Amazon has been pushing forward with its drone technology for delivery services and other uses for a while. But more recently it was granted a patent for self-destructing flying machines.
Formally referred to as “Directed fragmentation for unmanned airborne vehicles [UAVs],” the patent outlines the process in which various components will disassemble when an in-flight emergency occurs.
Components include motors, sensors, batteries, and casing, and several additional parts. The self-imposed dismantling of the UAV will likely have to be done in a precise sequence in order to ensure complete safety of those below.
Factors for the drone operator include “flight path, the flight conditions, and terrain topology information, among other[s]” reads the patent.
Small chunks of hardware and technical parts falling to the ground still portends danger, but it may be superior to a much larger, intact aircraft, and thus potentially better.
And the jettisoning of components can potentially be prioritized, as the controller can select which specific parts to drop first in order to avoid over-disposal. (RELATED: Robot Falconry Is The New Way To Fend Off Birds Near Airports [VIDEO])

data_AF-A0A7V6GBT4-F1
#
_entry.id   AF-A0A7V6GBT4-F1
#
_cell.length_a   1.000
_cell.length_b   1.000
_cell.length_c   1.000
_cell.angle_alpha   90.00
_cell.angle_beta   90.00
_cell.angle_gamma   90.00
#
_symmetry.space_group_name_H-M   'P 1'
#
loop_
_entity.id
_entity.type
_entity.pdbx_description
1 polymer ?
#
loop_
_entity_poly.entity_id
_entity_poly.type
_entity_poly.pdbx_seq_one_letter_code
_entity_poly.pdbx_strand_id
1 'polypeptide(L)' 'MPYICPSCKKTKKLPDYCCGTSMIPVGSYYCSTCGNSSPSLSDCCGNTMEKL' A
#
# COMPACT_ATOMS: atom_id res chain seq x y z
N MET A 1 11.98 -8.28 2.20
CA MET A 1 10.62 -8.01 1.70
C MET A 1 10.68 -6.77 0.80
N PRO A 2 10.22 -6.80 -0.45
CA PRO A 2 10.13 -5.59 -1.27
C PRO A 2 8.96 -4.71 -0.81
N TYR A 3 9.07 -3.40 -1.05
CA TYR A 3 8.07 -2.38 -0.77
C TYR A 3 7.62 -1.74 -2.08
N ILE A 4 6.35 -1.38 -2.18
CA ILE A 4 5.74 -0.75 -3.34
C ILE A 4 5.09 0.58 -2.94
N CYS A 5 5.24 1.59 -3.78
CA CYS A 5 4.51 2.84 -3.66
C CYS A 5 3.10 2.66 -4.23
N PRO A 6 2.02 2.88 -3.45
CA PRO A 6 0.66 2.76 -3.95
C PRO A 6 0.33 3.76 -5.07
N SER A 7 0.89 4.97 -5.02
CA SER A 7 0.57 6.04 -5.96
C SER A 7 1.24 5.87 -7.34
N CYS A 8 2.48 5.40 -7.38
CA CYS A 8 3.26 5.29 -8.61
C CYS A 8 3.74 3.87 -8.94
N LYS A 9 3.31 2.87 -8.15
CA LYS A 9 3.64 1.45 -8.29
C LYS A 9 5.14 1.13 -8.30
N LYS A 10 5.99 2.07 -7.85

Amazon, once a relatively simple e-commerce service, has grown into a tech conglomerate with a stake in several industries, and very ambitious goals. And at least partially due to this expansion, it has filed a number of patents that are unique and enterprising.
The company filed a patent for flying warehouses called “airborne fulfillment centers” (AFCs) late last year. Amazon says drones would descend from the AFCs — which would be placed adjacent or in cities — to deliver products at a way faster rate due to its proximity to customers. (RELATED: Trains, Boats May Soon Be Part Of Amazon’s Business)
Amazon also was granted a patent in May that appears to show it doesn’t want in-house shoppers comparing prices for other retailers and service providers.
But just like a lot of other patents filed by U.S. tech companies, it is not clear if Amazon will actually utilize such technology, or even develop it in the first place. Some firms just want to block other companies from creating the technology, while others genuinely want to explore the possibility of its ultimate implementation.
Either way, it’s yet another example of Amazon’s power-hungry and creative mindset.
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